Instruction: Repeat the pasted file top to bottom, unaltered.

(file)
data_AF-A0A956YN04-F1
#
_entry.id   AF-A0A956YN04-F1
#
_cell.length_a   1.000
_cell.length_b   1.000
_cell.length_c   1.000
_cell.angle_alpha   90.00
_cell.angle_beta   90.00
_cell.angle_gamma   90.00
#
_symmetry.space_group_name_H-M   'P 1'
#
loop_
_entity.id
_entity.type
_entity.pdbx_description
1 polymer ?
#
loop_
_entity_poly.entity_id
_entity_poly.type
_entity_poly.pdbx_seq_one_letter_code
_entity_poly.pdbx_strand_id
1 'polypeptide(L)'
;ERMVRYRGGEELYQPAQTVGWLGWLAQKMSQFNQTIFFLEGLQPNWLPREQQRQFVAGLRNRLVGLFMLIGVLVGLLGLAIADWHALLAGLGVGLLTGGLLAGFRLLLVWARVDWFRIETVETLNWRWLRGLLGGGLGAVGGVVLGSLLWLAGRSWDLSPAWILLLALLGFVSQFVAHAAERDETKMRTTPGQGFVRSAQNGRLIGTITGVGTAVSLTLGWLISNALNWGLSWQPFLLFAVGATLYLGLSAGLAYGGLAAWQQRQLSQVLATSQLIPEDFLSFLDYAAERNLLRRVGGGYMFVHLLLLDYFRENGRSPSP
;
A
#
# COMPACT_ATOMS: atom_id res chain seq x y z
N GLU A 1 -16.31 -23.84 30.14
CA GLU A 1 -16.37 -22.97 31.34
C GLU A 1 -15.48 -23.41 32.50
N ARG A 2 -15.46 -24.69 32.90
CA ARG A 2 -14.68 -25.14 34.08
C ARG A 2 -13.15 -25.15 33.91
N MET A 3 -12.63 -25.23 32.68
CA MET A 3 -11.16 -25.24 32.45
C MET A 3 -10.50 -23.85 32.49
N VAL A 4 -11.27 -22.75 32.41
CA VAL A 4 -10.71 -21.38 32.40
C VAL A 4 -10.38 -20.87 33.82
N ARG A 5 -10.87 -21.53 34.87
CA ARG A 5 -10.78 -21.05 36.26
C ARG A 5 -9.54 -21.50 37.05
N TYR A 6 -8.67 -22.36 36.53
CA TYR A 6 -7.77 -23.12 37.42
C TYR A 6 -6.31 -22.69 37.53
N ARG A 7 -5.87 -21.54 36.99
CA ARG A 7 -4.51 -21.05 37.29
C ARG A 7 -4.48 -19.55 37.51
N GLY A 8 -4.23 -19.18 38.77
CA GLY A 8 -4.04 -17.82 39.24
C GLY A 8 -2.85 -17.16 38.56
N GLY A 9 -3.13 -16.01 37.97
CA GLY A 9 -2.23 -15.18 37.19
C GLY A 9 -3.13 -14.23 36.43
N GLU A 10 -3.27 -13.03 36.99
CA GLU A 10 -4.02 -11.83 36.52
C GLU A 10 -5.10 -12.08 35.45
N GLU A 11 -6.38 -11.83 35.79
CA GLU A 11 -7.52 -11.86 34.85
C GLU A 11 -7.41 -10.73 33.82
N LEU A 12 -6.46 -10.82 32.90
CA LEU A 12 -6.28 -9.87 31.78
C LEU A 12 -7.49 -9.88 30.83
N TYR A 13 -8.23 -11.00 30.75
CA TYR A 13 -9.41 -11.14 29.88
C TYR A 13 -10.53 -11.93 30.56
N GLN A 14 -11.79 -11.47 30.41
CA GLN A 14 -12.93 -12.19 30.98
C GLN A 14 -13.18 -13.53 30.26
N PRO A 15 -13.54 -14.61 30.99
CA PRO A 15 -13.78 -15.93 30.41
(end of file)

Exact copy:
data_AF-A0A956YN04-F1
#
_entry.id   AF-A0A956YN04-F1
#
_cell.length_a   1.000
_cell.length_b   1.000
_cell.length_c   1.000
_cell.angle_alpha   90.00
_cell.angle_beta   90.00
_cell.angle_gamma   90.00
#
_symmetry.space_group_name_H-M   'P 1'
#
loop_
_entity.id
_entity.type
_entity.pdbx_description
1 polymer ?
#
loop_
_entity_poly.entity_id
_entity_poly.type
_entity_poly.pdbx_seq_one_letter_code
_entity_poly.pdbx_strand_id
1 'polypeptide(L)'
;ERMVRYRGGEELYQPAQTVGWLGWLAQKMSQFNQTIFFLEGLQPNWLPREQQRQFVAGLRNRLVGLFMLIGVLVGLLGLAIADWHALLAGLGVGLLTGGLLAGFRLLLVWARVDWFRIETVETLNWRWLRGLLGGGLGAVGGVVLGSLLWLAGRSWDLSPAWILLLALLGFVSQFVAHAAERDETKMRTTPGQGFVRSAQNGRLIGTITGVGTAVSLTLGWLISNALNWGLSWQPFLLFAVGATLYLGLSAGLAYGGLAAWQQRQLSQVLATSQLIPEDFLSFLDYAAERNLLRRVGGGYMFVHLLLLDYFRENGRSPSP
;
A
#
# COMPACT_ATOMS: atom_id res chain seq x y z
N GLU A 1 -16.31 -23.84 30.14
CA GLU A 1 -16.37 -22.97 31.34
C GLU A 1 -15.48 -23.41 32.50
N ARG A 2 -15.46 -24.69 32.90
CA ARG A 2 -14.68 -25.14 34.08
C ARG A 2 -13.15 -25.15 33.91
N MET A 3 -12.63 -25.23 32.68
CA MET A 3 -11.16 -25.24 32.45
C MET A 3 -10.50 -23.85 32.49
N VAL A 4 -11.27 -22.75 32.41
CA VAL A 4 -10.71 -21.38 32.40
C VAL A 4 -10.38 -20.87 33.82
N ARG A 5 -10.87 -21.53 34.87
CA ARG A 5 -10.78 -21.05 36.26
C ARG A 5 -9.54 -21.50 37.05
N TYR A 6 -8.67 -22.36 36.53
CA TYR A 6 -7.77 -23.12 37.42
C TYR A 6 -6.31 -22.69 37.53
N ARG A 7 -5.87 -21.54 36.99
CA ARG A 7 -4.51 -21.05 37.29
C ARG A 7 -4.48 -19.55 37.51
N GLY A 8 -4.23 -19.18 38.77
CA GLY A 8 -4.04 -17.82 39.24
C GLY A 8 -2.85 -17.16 38.56
N GLY A 9 -3.13 -16.01 37.97
CA GLY A 9 -2.23 -15.18 37.19
C GLY A 9 -3.13 -14.23 36.43
N GLU A 10 -3.27 -13.03 36.99
CA GLU A 10 -4.02 -11.83 36.52
C GLU A 10 -5.10 -12.08 35.45
N GLU A 11 -6.38 -11.83 35.79
CA GLU A 11 -7.52 -11.86 34.85
C GLU A 11 -7.41 -10.73 33.82
N LEU A 12 -6.46 -10.82 32.90
CA LEU A 12 -6.28 -9.87 31.78
C LEU A 12 -7.49 -9.88 30.83
N TYR A 13 -8.23 -11.00 30.75
CA TYR A 13 -9.41 -11.14 29.88
C TYR A 13 -10.53 -11.93 30.56
N GLN A 14 -11.79 -11.47 30.41
CA GLN A 14 -12.93 -12.19 30.98
C GLN A 14 -13.18 -13.53 30.26
N PRO A 15 -13.54 -14.61 30.99
CA PRO A 15 -13.78 -15.93 30.41